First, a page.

“No no no, that one isn’t ripe. The first one you cut is, but leave that one,” explained Raul of Acopagro Co-operative while we harvested a bounty of cacao pods on the high rock farm in the Huallaga Valley of Peru.
Chocolate connoisseur and La Siembra investor Sunaina M compared the two ripe criollo ICS95 cocoa pods and asked, “How can you tell?”
“By the lightening along the channels,” continued Raul, pointing at the base of the ridges on the pod, “that’s how you know the fruit is ripe and the cocoa beans will be sweet and full flavoured. That’s how you get quality.”
Our day of harvesting and working alongside the farmer owners of the Shepte Committee of Acopagro Cocoa Co-operative in Peru has exciting and exhausting. The dozens of co-op members in the area of Shepte literally paraded us into town with welcome signs and a live band. Early the next morning, over three dozen of us crossed the creek to arrive at Strong Rock Farm, which is the name of the 7-acre plot of land farmed by Betty and Sam. The cocoa trees were heavy with ripe cocoa pods, with the deep maroon color of the ICS variety cocoa pods making an artful contrast to the bright yellows and oranges of the CN571.
Sam welcomed us to their cocoa tree farm, saying, “We are very lucky to have this piece of land, which we call Strong Rock Farm. You can see it’s up above the creek, so we have fresh water but we are high enough above it. We have kept a lot of original forest, the dark green part on the map, to protect the cocoa farm in the middle. And we are lucky to have you here for this (harvest) today. Shall we?” Our team of La Siembra customers, investors, and staff members, worked hard, scampering up branches and using pruning shears with our Peruvian hosts to carefully harvest some 600 kilograms of cocoa pods.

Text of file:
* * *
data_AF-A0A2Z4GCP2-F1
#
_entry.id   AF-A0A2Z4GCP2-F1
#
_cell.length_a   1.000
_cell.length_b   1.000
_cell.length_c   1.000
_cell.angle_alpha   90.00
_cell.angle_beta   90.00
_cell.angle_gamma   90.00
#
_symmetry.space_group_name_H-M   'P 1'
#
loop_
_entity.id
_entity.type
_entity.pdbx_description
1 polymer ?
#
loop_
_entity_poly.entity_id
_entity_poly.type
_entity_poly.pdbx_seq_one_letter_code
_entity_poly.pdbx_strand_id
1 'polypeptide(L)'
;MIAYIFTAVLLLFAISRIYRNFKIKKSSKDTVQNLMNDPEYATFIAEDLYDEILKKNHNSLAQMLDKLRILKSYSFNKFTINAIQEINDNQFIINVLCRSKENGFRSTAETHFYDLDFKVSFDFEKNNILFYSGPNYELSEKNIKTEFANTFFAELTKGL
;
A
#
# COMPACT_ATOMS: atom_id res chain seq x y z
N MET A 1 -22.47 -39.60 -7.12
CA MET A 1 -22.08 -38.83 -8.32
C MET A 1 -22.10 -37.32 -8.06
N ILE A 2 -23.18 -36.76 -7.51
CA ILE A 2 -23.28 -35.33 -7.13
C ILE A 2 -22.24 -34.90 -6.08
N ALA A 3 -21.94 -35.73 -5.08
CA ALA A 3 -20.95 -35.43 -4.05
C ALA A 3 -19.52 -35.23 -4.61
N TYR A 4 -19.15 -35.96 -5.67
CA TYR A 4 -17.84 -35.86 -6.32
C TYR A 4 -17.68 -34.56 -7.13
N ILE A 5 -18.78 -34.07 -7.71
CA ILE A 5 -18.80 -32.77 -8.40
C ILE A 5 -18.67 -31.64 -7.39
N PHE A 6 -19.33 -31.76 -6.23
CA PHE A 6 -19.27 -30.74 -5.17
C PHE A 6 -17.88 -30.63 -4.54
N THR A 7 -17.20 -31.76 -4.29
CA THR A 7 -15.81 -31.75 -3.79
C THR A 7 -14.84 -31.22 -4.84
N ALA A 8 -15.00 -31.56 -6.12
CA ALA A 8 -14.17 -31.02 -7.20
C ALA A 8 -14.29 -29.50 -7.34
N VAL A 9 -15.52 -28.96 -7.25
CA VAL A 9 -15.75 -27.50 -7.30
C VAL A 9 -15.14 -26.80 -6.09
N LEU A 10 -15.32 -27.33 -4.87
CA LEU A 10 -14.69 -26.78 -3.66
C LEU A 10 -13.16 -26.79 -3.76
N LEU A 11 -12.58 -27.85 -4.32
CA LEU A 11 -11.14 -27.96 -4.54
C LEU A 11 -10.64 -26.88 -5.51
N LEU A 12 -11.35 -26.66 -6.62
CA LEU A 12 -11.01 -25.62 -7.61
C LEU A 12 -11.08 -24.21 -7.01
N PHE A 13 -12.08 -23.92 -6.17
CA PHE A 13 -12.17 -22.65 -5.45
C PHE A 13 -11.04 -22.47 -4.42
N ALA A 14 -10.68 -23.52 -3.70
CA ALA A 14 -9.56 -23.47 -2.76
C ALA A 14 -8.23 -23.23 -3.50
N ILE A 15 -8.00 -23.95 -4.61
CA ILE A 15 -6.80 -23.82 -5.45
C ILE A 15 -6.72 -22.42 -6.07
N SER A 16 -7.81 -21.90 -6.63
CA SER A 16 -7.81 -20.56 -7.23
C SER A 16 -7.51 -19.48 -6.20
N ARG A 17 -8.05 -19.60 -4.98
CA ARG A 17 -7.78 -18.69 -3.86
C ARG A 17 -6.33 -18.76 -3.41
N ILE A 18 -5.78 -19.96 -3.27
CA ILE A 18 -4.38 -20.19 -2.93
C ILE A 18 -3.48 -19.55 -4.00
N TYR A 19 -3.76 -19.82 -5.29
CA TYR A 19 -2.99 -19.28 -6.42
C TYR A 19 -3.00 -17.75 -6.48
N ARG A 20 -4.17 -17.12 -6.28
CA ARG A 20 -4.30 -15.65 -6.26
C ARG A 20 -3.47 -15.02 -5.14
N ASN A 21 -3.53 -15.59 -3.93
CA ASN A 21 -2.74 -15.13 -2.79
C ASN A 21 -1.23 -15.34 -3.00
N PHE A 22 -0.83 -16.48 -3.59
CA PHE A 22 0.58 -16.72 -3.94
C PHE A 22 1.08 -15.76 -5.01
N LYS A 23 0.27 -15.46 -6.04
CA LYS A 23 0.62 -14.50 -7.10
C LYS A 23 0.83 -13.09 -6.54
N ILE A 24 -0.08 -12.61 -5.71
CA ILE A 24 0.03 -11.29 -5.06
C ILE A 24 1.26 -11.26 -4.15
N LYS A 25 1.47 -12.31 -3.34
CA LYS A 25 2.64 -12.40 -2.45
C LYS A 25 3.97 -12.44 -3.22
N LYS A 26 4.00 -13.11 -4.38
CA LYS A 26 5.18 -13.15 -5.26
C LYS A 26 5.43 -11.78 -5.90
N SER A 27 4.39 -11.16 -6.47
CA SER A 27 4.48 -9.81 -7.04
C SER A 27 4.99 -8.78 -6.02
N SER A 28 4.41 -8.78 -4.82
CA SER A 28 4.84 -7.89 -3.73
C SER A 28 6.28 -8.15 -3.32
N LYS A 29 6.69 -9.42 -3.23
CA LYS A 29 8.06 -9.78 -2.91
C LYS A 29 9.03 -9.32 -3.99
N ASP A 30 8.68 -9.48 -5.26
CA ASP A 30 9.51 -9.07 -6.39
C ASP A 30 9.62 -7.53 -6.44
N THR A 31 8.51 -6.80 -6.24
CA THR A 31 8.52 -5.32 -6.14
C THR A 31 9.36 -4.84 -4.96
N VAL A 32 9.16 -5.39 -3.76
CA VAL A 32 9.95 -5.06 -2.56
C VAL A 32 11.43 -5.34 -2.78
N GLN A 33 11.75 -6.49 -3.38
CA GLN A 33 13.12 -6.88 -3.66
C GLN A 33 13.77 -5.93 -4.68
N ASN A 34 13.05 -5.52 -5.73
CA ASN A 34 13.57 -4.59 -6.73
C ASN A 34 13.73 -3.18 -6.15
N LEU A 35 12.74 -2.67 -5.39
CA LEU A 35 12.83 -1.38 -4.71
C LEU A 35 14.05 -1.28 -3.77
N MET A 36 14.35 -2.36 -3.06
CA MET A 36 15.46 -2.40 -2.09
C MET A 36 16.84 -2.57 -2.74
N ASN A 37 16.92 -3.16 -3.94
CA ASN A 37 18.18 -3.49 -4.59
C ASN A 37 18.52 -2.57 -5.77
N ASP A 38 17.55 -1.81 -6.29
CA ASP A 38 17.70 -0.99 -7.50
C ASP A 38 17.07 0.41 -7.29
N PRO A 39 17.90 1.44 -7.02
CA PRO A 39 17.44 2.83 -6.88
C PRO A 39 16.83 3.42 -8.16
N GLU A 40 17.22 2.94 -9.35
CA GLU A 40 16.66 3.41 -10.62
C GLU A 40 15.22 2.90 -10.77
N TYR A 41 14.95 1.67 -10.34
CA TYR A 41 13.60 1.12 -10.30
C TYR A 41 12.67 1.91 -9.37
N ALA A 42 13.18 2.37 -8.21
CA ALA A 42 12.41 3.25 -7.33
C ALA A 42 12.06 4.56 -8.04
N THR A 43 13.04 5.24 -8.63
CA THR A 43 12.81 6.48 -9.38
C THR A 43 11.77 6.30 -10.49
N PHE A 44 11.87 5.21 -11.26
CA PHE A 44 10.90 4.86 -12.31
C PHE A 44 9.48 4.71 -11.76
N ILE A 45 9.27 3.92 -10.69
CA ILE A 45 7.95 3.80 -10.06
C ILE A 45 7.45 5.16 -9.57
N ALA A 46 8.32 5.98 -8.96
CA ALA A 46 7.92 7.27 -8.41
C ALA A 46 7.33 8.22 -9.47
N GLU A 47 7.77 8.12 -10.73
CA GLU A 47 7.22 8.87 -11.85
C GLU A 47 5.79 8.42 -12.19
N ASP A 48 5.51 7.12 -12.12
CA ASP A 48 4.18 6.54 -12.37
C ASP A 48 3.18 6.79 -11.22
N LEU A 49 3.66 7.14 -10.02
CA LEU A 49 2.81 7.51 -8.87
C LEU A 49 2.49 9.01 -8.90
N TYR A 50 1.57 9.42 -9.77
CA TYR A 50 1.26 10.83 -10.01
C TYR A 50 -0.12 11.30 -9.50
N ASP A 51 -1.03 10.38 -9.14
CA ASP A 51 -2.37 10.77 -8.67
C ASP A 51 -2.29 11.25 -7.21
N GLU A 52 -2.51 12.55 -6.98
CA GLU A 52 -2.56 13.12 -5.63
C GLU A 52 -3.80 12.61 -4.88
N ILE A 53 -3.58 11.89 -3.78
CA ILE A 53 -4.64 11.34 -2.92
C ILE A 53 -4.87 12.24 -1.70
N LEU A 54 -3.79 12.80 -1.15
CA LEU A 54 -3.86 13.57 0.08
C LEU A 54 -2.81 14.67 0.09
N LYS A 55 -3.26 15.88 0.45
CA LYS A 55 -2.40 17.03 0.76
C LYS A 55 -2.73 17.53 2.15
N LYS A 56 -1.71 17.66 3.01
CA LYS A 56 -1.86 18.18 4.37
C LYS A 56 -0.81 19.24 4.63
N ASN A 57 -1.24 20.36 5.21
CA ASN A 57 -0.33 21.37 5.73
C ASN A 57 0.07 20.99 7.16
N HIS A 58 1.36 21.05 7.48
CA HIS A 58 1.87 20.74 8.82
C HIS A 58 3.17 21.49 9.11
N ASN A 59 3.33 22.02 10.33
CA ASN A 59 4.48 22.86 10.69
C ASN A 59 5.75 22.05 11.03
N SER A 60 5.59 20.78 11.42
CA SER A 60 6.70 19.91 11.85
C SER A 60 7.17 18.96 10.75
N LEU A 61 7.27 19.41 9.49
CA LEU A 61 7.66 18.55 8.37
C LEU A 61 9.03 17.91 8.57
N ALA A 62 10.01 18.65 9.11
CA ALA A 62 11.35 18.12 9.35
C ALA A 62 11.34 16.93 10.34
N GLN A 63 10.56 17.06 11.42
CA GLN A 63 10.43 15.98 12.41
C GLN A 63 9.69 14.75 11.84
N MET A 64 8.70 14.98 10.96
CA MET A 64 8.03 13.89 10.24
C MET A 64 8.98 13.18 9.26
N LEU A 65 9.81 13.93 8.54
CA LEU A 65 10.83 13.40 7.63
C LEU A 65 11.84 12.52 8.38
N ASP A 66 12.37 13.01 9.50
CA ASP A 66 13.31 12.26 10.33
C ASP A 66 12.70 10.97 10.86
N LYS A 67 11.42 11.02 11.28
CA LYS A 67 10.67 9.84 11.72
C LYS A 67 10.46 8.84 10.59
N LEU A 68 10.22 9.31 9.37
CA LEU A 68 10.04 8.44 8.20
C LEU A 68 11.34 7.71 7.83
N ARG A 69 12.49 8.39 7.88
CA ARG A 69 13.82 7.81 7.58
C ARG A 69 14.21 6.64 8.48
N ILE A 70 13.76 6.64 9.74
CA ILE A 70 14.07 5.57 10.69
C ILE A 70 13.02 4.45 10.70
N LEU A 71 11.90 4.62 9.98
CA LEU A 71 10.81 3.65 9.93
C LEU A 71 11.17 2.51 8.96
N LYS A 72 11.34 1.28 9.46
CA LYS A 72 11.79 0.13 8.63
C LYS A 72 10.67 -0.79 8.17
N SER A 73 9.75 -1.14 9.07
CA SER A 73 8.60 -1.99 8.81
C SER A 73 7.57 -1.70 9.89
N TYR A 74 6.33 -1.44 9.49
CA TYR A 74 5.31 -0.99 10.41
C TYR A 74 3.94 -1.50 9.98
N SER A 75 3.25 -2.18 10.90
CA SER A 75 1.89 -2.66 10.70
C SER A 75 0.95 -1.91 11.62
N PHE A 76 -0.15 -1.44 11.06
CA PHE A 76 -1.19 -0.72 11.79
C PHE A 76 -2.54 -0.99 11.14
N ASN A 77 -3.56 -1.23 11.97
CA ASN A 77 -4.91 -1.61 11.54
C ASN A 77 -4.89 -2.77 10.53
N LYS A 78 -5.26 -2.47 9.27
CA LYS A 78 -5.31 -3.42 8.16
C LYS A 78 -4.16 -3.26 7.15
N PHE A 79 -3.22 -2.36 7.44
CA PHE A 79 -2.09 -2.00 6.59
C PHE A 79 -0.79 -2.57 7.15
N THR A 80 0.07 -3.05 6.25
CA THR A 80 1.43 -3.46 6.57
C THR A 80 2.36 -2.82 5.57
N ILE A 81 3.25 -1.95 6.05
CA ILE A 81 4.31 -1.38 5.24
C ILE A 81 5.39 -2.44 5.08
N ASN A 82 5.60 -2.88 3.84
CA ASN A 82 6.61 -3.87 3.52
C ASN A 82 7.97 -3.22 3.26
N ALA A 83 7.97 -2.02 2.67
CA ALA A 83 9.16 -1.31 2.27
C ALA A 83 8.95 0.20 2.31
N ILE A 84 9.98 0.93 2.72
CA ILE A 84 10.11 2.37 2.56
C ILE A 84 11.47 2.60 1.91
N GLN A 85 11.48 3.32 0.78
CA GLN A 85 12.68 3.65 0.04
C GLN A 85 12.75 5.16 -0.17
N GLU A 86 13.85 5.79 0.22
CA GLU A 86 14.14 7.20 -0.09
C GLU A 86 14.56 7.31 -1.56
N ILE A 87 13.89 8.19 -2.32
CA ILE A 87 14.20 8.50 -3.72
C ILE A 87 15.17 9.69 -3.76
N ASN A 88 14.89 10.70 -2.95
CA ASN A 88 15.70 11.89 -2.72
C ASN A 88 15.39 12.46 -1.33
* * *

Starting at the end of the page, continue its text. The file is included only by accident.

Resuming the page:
“Wow, you got a lot. We did too,” smiled Dana as she and Sunaina carried harvest pods to the growing communal mountain of cacao. “This is amazing. The farm looks so great. And even the band is still playing music for us.” After collecting all the harvest pods in a single area, our group of farmers and family members and Canadian travellers stopped to take a few fun photos and enjoy some homemade corn mead. Who knew that a hallowed out cocoa pod makes the perfect travel mug?
But our work was not done, and out came the machetes and hooked knives needed chop open the pods and carefully (but quickly) remove the cocoa beans. Circled all around the harvest, each of us paired up with a farmer member. The Peruvian farmer did the chopping and splitting, then handed the perforated pod to one of us to break open and remove the seeds. It was a vibrant and fast moving scene, with us only taking a second or two to pop into a mouth a fresh cocoa bean to enjoy the sweet creamy flavour of the pulp.
The quality control step of only harvesting ripe pods is followed by a quality control step of only taking out perfect beans. Although each pod holds 20-30 cocoa beans and needs to be emptied quickly, each farmer of Acopagro was adept at identifying underdeveloped or overripe beans and disposing of those.
“Thanks again to Camino for this wonderful experience,” noted Caisse Desjardins Director Antoine Lacasse. “It was great fun harvesting with Emilio and Mario and to see the care they take in growing and harvesting the cocoa.”